He never really got over that loss, both as a boxer and as a man. There was a rematch with Pryor a year later, and once again it was a huge, action packed fight, this time ending in a tenth round defeat. Once again he had come up short in his quest for his fourth title. Once again he had lost to Pryor. There were two comeback attempts, the first a couple of years later, the second when he was in his forties.

When he turned his back on boxing, he had compiled an 82-8 record with 65 ko´s. He had held three world titles, and probably should held have held four.

To fight fans of the Eighties, Arguello was the epitome of class. He was solid, respectable. Above reproach. But like Micheal Jackson and Farah Fawcett, despite gaining the respect of his peers and the adulation of his fans, his life was beginning to unravel.

When he first quit boxing in the mid-eighties, he left Miami and returned to his native Nicaragua. Arguello took up arms and fought for the US backed Contra´s against the Sandinista s. Later, he switched sides and joined the Sandinista´s.

Disillusioned with retirement, he appears to have sought solace in booze, cocaine and women. There have been many, many stories that have appeared over the last twenty years of Arguello and his constant battle against his demons; many may be lies, but no doubt some were true. What always made it so hard to read was knowing what a classy human being he had been, and deep inside, still was. He appears to have battled depression for many years. As long ago as 1985 he told a Sports Illustrated reporter that he had contemplated suicide. Indeed, in the same interview he described how his father had been an alcoholic who had attempted suicide.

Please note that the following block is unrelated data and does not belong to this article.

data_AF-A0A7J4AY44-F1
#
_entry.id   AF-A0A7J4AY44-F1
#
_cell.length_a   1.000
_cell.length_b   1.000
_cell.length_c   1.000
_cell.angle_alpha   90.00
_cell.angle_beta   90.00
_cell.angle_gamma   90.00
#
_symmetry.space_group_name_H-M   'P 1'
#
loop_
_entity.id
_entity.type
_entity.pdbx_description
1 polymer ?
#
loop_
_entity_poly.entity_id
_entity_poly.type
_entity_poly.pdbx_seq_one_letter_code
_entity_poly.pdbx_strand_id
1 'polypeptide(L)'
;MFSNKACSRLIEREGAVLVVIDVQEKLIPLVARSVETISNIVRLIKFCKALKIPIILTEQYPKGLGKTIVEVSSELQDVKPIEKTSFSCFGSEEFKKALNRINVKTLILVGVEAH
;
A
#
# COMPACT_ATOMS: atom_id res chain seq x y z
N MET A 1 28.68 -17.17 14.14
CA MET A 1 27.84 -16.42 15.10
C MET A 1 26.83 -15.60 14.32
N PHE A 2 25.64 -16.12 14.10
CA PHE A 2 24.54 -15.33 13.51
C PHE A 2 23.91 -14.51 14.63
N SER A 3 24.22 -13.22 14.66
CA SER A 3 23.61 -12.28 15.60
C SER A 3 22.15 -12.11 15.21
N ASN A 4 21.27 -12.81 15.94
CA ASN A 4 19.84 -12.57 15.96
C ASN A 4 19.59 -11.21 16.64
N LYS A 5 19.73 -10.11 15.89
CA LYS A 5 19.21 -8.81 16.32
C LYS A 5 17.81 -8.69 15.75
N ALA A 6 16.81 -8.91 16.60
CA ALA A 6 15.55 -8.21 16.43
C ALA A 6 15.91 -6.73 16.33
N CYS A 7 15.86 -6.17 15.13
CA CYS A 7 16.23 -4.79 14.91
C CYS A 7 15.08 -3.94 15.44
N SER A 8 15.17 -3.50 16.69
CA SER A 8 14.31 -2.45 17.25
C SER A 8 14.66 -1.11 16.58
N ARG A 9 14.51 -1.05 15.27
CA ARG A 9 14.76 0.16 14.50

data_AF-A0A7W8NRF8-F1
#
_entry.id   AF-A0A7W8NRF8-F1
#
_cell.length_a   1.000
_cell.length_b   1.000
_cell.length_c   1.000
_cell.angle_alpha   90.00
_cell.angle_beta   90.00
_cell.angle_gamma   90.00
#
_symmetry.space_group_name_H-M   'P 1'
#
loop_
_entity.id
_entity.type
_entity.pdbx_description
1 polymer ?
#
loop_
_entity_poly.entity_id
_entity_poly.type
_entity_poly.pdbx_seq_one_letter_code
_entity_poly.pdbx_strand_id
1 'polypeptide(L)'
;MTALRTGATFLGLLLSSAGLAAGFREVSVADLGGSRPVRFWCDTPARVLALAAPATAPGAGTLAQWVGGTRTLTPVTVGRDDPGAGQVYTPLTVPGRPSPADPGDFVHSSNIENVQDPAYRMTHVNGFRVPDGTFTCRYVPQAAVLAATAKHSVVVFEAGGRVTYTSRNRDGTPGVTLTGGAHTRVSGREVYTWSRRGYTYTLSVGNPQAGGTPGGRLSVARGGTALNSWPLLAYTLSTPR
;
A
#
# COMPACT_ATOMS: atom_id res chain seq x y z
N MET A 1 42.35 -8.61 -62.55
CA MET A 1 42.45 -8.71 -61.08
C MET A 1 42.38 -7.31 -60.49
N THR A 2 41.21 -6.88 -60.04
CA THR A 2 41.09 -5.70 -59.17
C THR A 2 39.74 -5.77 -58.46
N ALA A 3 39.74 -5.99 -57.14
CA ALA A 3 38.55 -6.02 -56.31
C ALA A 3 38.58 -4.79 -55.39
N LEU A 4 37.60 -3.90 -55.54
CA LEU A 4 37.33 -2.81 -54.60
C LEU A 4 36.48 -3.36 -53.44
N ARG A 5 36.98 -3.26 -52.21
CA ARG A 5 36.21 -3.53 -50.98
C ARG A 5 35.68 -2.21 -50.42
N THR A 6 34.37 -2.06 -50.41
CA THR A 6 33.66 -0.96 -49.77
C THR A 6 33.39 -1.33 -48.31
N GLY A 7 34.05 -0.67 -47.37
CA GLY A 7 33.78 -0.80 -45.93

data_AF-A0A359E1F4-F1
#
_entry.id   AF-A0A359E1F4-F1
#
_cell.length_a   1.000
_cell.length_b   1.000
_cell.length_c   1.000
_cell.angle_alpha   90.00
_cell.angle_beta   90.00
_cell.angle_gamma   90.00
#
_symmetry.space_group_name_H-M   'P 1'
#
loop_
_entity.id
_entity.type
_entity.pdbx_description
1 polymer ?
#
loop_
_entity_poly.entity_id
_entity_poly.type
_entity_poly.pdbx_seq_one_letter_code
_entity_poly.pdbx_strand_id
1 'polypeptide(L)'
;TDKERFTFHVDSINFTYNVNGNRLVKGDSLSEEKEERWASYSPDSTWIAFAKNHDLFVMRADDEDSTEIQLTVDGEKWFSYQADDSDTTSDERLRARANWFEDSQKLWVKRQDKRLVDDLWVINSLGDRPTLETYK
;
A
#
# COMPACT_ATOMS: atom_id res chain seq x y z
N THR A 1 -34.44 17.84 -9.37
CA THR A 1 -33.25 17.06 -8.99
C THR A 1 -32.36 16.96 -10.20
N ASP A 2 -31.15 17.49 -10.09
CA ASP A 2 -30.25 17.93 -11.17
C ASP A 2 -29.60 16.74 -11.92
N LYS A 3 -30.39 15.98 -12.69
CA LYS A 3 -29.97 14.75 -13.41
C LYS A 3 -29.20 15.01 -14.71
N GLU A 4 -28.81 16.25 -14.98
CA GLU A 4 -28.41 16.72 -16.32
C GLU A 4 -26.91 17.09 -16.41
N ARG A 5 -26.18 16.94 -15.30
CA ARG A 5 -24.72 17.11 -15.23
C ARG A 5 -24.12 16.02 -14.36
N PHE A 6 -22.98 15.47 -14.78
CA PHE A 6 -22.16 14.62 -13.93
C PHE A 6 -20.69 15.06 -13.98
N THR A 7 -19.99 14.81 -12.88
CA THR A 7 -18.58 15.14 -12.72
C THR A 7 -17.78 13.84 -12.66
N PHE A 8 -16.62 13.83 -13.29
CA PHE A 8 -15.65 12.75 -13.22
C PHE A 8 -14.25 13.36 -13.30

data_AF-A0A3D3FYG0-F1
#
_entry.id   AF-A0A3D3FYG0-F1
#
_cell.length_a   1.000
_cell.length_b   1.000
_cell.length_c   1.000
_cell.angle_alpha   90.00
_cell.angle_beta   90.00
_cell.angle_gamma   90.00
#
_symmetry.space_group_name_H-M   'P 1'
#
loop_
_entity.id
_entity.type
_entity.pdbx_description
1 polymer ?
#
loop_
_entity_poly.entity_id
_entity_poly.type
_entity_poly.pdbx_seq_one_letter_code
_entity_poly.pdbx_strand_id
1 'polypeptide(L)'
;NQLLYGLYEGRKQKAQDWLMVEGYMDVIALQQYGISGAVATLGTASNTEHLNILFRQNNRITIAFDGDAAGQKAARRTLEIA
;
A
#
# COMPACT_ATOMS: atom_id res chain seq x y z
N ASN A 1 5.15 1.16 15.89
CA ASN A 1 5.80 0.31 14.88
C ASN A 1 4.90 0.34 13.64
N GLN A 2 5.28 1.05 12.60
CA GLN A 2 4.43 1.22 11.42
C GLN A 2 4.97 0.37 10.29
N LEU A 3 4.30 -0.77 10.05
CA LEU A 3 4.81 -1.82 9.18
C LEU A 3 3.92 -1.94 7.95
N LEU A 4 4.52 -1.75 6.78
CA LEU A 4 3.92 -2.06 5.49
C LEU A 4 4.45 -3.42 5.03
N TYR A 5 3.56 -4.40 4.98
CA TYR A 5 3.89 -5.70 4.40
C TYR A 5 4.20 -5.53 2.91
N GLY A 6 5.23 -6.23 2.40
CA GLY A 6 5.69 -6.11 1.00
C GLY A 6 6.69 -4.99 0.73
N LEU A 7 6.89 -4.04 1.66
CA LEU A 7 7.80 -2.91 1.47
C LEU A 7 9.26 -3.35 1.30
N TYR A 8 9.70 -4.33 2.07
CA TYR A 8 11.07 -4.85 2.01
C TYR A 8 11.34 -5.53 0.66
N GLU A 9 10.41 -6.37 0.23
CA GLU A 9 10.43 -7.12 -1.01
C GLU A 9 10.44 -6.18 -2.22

Amazingly, he turned his life around. He regained his self respect, and then the respect of others, so much so that late last year he was elected Major of his nation´s capitol, Managua.

For a man who was on the skids just a few years earlier, this should have been all the vindication he would need to see out the rest of his days.

But no.

The demons that had haunted him for most of his life hadn't really left him at all. They were merely sleeping.

And last night, they came to visit him one more time.

Alexis Arguello 1952 - 2009 R.I.P

Article posted on 02.07.2009